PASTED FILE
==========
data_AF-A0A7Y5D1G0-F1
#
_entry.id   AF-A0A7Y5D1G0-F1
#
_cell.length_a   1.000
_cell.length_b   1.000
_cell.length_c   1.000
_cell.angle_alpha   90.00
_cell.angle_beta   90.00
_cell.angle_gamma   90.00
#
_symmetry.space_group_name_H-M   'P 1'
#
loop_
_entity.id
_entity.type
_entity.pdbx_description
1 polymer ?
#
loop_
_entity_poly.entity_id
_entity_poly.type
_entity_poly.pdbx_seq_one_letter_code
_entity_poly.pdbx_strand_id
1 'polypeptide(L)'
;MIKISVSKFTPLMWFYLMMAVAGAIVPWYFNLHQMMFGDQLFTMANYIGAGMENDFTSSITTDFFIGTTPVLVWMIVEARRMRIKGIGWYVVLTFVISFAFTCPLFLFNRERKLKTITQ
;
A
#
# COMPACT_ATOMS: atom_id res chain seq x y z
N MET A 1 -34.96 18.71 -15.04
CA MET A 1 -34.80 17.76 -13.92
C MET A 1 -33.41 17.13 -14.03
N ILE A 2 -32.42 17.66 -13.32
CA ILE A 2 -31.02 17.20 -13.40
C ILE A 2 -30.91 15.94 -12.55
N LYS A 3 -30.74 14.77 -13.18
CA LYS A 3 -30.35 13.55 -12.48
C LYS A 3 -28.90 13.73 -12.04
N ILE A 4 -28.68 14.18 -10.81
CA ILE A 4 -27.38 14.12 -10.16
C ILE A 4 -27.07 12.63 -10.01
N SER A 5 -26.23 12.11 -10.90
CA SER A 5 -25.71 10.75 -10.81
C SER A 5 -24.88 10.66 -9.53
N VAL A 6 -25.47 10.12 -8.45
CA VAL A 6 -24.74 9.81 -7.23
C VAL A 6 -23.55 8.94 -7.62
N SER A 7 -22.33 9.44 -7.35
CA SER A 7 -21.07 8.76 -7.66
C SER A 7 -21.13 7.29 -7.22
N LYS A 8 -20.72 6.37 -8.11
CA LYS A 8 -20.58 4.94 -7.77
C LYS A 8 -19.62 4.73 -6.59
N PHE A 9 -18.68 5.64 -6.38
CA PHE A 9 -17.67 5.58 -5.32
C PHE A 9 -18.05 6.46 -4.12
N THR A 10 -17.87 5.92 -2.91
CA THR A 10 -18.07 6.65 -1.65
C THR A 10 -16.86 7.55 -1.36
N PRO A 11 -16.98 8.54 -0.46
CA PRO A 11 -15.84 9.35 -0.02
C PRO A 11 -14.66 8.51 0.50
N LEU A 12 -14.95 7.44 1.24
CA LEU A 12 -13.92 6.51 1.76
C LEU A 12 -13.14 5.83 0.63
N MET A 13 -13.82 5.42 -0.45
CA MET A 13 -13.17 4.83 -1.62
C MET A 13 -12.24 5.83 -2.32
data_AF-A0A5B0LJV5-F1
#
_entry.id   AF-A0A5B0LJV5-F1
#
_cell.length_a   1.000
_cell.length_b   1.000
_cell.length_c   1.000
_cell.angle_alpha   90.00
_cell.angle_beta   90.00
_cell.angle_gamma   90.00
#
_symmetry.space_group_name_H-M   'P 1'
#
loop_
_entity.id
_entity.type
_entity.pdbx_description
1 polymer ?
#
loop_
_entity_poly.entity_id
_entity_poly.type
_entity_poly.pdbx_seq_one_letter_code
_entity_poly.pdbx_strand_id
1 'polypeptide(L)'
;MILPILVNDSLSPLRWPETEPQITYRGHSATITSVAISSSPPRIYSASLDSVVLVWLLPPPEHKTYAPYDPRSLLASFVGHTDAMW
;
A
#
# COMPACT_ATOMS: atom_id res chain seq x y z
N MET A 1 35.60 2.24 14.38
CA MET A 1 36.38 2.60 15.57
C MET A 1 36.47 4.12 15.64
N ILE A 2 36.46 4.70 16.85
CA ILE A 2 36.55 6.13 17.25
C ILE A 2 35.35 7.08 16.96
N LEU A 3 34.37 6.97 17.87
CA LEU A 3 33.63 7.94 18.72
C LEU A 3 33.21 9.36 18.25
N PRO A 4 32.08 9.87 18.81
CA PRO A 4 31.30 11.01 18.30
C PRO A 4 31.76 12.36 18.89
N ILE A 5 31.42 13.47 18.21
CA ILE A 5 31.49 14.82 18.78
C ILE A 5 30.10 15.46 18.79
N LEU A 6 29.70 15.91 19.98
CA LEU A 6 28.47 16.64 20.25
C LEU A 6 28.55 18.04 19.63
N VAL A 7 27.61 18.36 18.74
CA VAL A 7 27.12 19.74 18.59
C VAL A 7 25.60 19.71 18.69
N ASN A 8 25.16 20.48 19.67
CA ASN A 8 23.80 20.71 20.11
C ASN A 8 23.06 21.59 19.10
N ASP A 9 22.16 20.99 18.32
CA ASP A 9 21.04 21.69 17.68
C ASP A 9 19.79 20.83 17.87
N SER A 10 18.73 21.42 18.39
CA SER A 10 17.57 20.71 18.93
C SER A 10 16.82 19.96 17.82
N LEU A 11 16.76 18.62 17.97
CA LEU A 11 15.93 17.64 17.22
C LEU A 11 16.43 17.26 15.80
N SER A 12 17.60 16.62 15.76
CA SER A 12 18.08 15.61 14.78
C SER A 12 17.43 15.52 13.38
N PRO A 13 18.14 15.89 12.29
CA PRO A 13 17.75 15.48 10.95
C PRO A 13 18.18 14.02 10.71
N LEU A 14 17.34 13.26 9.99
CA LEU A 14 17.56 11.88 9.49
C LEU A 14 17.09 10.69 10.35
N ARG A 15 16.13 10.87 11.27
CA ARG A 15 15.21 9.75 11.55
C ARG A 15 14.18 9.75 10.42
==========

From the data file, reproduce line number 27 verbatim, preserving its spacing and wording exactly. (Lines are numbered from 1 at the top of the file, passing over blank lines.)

;